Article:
Man's goings are of the LORD; how can a man then understand his own way?
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EXPOSITORY (ENGLISH BIBLE)Man’s goings are of the Lord.—Comp. Jeremiah 10:23 and the collect, “O God, from whom . . . all just works do proceed.”Proverbs 20:24. Man’s goings are of the Lord — All men’s purposes and actions are so entirely subject to the control of God’s overruling providence, and so liable to be frustrated or changed, as he shall see good, and to be directed to ends so far distant from those they thought of and intended, that it is impossible for any man to know what shall be the event of any of his undertakings. The intention of this proverb is, to show that the events of human life are neither ordered nor foreseen by man’s, but only by God’s providence; and therefore that men should only mind to do their duty, and then quietly depend upon God for a good issue to their endeavours.
a man—any common man.
understand—or, "perceive."Man’s goings, all men’s purposes and actions,
are of the Lord; are ordered and overruled by God’s wise and powerful providence to accomplish his own counsel and good pleasure, and not what men list or intend.
His own way; either,
1. What course he ought to take; which he cannot know without God’s direction and assistance: compare Proverbs 16:9 Jeremiah 10:23. Or,
2. What is the issue of his designs will be, whether they shall succeed or be disappointed; the way being taken for the end or event to which it leads, as it is in many other places. The scope of the proverb is to show that all the events of human life are neither ordered nor foreseen by man’s, but only by God’s providence, and therefore men should only mind the doing of their duty, and then quietly depend upon God for a good issue to their endeavours. John 6:35; and all spiritual actions which flew from hence are by the grace of God, and under his influence and direction; as walking in the path of truth, it is the Lord that teaches it, causes to choose it, leads into it, and preserves there; walking in the statutes and ordinances of the Lord, and in the ways of righteousness and holiness, is of him, and owing to his Spirit puts within his people; and indeed all good works done by them, which may be called their goings, he has foreordained that they should walk in them; it is by the grace of God, and in the strength of Christ, and with the assistance of the blessed Spirit, they walk on in them; and their perseverance in faith and holiness, or their going from strength to strength, is all of the Lord;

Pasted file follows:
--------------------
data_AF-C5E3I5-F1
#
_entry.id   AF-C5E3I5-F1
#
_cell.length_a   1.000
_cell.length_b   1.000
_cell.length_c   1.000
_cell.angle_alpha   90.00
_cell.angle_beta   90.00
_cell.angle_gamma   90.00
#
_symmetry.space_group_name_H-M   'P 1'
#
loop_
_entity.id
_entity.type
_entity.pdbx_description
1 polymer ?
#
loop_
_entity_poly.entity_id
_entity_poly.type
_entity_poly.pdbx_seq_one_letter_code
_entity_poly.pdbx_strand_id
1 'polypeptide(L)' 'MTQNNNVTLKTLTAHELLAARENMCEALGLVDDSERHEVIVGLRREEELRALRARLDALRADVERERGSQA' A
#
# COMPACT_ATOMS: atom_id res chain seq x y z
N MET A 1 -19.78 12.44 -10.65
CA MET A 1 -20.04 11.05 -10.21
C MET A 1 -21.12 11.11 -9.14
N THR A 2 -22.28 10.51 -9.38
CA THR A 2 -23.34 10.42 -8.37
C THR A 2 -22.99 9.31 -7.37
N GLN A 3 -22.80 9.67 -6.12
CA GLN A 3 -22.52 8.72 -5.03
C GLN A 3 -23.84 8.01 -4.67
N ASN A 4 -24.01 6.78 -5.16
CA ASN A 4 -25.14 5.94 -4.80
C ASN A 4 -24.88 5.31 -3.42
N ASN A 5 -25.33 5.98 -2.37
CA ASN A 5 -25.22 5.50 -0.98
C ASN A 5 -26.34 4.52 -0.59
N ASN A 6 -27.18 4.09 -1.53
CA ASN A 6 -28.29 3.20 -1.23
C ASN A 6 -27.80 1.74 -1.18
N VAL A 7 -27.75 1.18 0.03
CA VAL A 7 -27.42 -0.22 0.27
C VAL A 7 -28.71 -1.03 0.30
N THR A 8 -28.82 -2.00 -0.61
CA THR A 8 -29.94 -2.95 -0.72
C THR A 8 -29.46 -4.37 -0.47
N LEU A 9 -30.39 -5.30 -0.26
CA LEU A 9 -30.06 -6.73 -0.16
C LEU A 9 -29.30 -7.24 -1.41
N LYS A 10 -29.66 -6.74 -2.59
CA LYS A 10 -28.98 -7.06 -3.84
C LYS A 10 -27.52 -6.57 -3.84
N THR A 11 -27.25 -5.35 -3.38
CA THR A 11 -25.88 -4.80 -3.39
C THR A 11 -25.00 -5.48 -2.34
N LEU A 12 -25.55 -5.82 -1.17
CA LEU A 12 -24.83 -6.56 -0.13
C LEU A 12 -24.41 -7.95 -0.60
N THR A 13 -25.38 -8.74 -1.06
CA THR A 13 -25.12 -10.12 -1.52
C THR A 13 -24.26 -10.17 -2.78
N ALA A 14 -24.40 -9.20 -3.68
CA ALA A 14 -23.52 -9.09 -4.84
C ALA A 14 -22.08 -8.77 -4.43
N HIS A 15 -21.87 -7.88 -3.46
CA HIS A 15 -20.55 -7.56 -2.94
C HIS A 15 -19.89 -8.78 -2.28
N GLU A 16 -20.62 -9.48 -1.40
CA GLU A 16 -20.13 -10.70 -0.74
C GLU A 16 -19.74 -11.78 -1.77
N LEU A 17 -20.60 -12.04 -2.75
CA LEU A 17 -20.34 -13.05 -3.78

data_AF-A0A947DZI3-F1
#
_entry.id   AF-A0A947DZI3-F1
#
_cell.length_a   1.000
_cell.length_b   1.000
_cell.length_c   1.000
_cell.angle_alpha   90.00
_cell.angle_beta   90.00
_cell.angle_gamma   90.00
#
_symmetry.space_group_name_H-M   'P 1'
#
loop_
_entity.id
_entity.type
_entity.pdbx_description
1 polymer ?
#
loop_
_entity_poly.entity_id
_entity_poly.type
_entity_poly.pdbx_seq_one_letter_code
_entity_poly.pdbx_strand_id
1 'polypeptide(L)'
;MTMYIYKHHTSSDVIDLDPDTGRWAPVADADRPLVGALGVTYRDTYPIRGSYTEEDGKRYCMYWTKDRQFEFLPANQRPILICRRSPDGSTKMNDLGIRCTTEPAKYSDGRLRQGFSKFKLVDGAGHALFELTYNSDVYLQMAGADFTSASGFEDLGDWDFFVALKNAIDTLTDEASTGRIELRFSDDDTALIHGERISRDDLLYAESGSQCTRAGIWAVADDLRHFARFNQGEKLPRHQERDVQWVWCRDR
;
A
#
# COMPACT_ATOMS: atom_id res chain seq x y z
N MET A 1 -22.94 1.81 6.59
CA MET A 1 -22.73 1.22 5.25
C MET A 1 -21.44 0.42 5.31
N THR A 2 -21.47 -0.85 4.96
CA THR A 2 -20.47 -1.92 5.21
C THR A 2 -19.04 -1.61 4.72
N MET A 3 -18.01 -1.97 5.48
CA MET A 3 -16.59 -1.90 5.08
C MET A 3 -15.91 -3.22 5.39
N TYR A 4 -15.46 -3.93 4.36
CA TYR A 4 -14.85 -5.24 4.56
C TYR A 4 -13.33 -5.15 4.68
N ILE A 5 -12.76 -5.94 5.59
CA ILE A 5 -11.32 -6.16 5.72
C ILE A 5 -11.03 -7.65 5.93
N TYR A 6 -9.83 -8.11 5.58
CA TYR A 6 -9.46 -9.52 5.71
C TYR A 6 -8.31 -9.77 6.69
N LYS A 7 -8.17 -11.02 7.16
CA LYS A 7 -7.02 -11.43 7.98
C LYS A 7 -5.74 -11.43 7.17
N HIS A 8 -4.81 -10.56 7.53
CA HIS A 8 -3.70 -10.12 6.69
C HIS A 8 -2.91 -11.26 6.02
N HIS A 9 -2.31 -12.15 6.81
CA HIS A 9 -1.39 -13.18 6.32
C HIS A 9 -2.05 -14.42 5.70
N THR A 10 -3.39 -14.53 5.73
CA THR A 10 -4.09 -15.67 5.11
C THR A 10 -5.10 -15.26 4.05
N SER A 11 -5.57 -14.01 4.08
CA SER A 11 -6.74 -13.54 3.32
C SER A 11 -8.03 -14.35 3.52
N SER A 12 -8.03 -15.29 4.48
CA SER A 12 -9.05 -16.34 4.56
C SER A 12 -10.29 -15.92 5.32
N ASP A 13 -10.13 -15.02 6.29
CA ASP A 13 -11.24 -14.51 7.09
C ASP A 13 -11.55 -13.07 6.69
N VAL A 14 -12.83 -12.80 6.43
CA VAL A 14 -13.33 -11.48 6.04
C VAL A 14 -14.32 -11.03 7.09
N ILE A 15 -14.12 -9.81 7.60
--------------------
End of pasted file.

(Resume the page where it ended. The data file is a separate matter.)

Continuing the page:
how can a man then understand his own way? even of a journey in a literal sense, what will be the issue and event of it, when or whether ever he shall return to his own house again, since all is under the direction and providence of God; and also of his civil affairs, he knows his beginning, and how he goes on for the present; but what will be the end he knows not; and a natural and unregenerate man knows not what way he is in, where he is going, and what his last end will be; being in darkness, in which he was born, brought up, and continues, he does not rightly understand what is his duty, what he should do, what is the good and perfect will of God, what the way is in which he should go, and which is for his good; nor the way everlasting, which leads to eternal life, few find this way. Or it may be understood of the way of the Lord, "how can a man then understand his way?" the Lord's way, not man's; the way of the Lord in providence, which is as the deep, and unsearchable; and the way of life and salvation by Christ, which is of the Lord's devising and resolving on; this way of peace, pardon, righteousness, and eternal life, is not known by the natural man; and when it is externally revealed in the word, and by the outward ministry of it, it is not understood so as to be approved of, but is despised, unless God gives a heart to know it, or a spiritual and experimental understanding of it.Man's goings are of the LORD; how can a man then understand his own way?